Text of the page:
Goodreads helps you keep track of books you want to read.
Start by marking “Almost American Girl: An Illustrated Memoir” as Want to Read:
Almost American Girl: An Illustrated Memoir
Enlarge cover
Rate this book
Clear rating
Open Preview

Almost American Girl: An Illustrated Memoir

4.10  ·  Rating details ·  602 ratings  ·  108 reviews
A powerful and timely teen graphic novel memoir—perfect for fans of American Born Chinese and Hey, Kiddo—about a Korean-born, non-English-speaking girl who is abruptly transplanted from Seoul to Huntsville, Alabama, and struggles with extreme culture shock and isolation, until she discovers her passion for comic arts.

For as long as she can remember, it’s been Robin and her
Hardcover, 240 pages
Published January 28th 2020 by Balzer + Bray
More Details... Edit Details

Friend Reviews

To see what your friends thought of this book, please sign up.

Reader Q&A

To ask other readers questions about Almost American Girl, please sign up.
Popular Answered Questions
Chelsea There is really no romance in this book. It focuses more on the personal growth of the main character. Hope you enjoy the book!

Community Reviews

Showing 1-30
Average rating 4.10  · 
Rating details
 ·  602 ratings  ·  108 reviews

More filters
Sort order
Start your review of Almost American Girl: An Illustrated Memoir
A pretty decent YA memoir mostly about immigrant experience. It is compared to American Born Chinese and Hey, Kiddo, but Almost American Girl doesn't quite have the depth and creativity of those works. This memoir has a more expected and predictable story arc. However, the parts about Robin's childhood in South Korea and her relationship with her mom do shine.

As an immigrant myself, I am always bothered by how the issue of actually obtaining of the US citizenship is presented as something very
Layla (Between the Lines)
Thank you to HCC Frenzy for sending me an ARC of Almost American Girl.

I rarely find myself relating to anything these days but this memoir really struck a chord in me. Robin paints a beautiful story, her story, of what it's like to live in a place that doesn't feel like home, and how wonderful it is to finally feel at home.

This ARC did not have fully coloured pages but the artwork was still very nice. I'm looking forward to picking up a finished copy soon.
Elizabeth A
The author was raised in Seoul, Korea and is suddenly transplanted to Huntsville, Alabama when she's about 14 years old. This graphic memoir explores the author's relationship with her mother, the move, and all the usual themes you'd expect in an immigrant memoir. This is targeted at a younger audience, and as an adult reader I wanted a deeper dive into the themes explored. I was more interested in her mother's story, and would absolutely read a book about that. The art is colorful and cute, and ...more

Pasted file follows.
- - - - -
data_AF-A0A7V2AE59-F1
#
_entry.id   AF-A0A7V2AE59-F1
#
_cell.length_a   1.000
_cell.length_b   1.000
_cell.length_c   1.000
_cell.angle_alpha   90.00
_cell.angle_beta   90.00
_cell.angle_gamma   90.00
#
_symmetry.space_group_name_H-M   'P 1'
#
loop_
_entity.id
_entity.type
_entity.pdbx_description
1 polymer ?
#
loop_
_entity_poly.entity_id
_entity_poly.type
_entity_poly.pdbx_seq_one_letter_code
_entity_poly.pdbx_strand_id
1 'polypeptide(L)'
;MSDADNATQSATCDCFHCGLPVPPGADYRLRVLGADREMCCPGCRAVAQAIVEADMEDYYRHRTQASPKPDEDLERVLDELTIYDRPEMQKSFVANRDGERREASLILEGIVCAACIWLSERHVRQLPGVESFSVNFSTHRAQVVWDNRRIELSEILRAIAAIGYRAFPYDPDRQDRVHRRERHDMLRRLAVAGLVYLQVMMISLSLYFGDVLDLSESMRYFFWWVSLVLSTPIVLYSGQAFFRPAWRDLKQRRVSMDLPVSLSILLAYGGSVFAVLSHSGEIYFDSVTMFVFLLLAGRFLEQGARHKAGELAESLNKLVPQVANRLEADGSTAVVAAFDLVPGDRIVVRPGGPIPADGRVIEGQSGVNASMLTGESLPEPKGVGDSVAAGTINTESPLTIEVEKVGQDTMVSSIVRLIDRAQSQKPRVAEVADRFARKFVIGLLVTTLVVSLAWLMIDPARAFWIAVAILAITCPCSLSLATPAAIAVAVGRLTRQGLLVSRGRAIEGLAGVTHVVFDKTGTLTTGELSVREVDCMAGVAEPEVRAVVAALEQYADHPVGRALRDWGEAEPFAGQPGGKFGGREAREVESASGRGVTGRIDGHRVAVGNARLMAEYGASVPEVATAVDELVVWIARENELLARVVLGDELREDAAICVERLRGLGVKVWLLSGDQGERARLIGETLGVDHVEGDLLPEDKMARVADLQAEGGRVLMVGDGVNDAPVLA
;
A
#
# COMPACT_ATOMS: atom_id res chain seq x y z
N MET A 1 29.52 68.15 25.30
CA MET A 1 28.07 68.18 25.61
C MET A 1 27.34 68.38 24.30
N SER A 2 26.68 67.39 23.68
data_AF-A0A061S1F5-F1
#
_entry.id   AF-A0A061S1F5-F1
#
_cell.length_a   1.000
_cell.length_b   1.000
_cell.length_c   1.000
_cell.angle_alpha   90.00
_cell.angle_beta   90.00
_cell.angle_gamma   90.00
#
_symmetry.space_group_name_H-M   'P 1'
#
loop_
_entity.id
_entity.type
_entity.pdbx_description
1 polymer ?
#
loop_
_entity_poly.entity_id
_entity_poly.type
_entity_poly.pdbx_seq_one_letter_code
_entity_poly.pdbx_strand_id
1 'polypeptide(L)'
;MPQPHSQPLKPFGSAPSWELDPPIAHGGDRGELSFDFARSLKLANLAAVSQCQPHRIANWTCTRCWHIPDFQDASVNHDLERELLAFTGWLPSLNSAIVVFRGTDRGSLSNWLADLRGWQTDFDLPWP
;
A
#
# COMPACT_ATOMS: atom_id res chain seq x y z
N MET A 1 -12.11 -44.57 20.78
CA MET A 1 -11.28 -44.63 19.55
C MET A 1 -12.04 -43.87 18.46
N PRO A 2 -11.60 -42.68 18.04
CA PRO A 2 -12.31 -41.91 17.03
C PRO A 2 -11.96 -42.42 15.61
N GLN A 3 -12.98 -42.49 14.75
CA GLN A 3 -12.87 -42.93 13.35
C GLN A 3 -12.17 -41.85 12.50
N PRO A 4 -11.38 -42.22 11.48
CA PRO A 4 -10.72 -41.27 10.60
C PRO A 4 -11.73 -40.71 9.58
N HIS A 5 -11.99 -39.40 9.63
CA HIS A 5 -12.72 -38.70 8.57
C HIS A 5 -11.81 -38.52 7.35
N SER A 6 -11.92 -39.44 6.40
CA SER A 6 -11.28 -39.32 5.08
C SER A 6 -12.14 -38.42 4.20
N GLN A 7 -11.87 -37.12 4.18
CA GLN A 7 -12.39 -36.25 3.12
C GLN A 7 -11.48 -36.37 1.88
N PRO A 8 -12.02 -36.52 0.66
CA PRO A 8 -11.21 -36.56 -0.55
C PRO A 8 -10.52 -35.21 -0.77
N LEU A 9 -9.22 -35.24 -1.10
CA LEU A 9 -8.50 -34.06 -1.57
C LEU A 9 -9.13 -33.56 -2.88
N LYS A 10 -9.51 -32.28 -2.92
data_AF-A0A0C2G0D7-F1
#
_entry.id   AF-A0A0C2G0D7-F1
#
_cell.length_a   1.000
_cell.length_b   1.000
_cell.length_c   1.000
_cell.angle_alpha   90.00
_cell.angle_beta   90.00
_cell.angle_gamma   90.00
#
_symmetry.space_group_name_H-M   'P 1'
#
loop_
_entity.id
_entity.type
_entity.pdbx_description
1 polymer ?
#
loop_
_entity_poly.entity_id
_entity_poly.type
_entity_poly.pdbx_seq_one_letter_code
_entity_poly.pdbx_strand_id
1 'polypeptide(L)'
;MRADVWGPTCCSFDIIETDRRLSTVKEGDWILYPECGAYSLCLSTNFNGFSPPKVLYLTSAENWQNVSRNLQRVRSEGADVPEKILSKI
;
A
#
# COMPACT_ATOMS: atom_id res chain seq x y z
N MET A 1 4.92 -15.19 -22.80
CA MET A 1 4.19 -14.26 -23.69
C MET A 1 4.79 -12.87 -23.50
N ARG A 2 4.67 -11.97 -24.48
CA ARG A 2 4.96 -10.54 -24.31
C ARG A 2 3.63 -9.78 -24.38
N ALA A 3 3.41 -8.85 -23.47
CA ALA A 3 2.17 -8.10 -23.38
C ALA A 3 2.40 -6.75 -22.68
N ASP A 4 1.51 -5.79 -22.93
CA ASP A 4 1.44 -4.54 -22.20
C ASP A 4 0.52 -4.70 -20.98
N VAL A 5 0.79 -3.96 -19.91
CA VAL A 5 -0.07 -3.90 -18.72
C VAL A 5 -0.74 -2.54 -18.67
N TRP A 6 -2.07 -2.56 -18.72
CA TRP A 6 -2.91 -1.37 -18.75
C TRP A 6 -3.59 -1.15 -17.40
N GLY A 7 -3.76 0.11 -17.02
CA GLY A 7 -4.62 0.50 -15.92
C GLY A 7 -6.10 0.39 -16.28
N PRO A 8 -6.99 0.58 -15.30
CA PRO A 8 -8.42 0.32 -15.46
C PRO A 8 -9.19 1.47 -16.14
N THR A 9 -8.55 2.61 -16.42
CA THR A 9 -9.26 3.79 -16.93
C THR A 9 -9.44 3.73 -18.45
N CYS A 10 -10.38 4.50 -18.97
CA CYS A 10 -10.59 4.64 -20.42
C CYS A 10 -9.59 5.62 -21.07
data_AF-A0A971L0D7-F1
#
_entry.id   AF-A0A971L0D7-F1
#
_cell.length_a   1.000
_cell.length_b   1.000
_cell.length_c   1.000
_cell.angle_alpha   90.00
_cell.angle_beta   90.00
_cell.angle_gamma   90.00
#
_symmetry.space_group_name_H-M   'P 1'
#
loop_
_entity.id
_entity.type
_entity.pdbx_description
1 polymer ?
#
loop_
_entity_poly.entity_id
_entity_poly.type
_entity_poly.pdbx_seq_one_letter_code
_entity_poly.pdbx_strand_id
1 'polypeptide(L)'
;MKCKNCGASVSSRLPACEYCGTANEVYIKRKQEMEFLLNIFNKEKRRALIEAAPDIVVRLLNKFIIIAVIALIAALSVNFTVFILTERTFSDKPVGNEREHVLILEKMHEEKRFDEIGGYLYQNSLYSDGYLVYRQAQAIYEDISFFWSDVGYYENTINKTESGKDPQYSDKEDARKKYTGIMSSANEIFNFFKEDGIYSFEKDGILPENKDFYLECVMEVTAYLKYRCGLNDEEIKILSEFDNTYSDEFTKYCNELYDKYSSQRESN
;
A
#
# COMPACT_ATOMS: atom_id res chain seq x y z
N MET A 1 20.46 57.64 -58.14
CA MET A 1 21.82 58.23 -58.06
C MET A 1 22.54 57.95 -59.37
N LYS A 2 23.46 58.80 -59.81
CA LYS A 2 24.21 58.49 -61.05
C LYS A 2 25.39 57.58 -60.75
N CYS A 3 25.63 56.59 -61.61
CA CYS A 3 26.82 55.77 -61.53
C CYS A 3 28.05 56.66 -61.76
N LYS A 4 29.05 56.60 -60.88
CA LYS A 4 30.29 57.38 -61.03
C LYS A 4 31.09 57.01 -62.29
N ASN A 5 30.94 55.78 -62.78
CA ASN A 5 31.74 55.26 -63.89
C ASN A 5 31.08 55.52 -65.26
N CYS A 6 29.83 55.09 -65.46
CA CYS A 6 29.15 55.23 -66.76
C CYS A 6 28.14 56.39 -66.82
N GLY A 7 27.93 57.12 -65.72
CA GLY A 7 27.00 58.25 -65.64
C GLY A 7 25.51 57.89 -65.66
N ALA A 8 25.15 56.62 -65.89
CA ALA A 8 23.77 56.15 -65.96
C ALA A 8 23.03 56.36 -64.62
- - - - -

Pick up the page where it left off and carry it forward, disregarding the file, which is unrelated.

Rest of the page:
What a fantastic graphic memoir, and I cannot wait to revisit this in full color as the sample pages for that were excellent (it'll really enhance the already solid art!).

Growing up in Korea, Robin knew being raised by a single mother and not knowing her father made her family one that bucked Korean cultural norms. She'd had friends but always felt a bit like an outsider for not fitting in to those standards. So when Robin's mother moves them to Alabama and married a man she'd met, Robin finds
Richie Partington
Feb 09, 2020 rated it it was amazing  ·  review of another edition
Shelves: nonfiction
Richie’s Picks: ALMOST AMERICAN GIRL: AN ILLUSTRATED MEMOIR by Robin Ha, Harper/Balzer + Bray, January 2020, 240p., ISBN: 978-0-06-268510-0

“Their father’s hell did slowly go by”
-- Graham Nash (1970)

Or, in this case, her mother’s hell.

From the Acknowledgements page:

“So you can only imagine how thrilled Mom was when I finally told her I had been working on this memoir for over a year and found a publisher for it. After realizing there was no turning back on this project, Mom insisted that I at
I am gradually finding graphic novels that I enjoy: ones with more content than fighting and magical happenings. This book is technically not a graphical NOVEL, but I am going to put it in my group for such, because that is where I would look to find it again. It is an "illustrated memoir".

I am almost always fascinated with the experience of going from one culture to another, probably because when I was 16, I went off to Germany, trading the American Vietnam War era culture for the German one.
Ruth Covington
Feb 03, 2020 rated it it was amazing  ·  review of another edition
I was a homeschooled girl in a conservative religious family who moved 2000 miles from one place to another when I was 13, so this book, about a Korean girl moving from Korea to Alabama at age 14 with her mother to start life with a new family, hit close to home for me. I related strongly to the isolation, depression, grief, fear, anger, and confusion that Robin felt in leaving behind her old life and friends and trying to understand and fit in with other kids her age, in her difficult ...more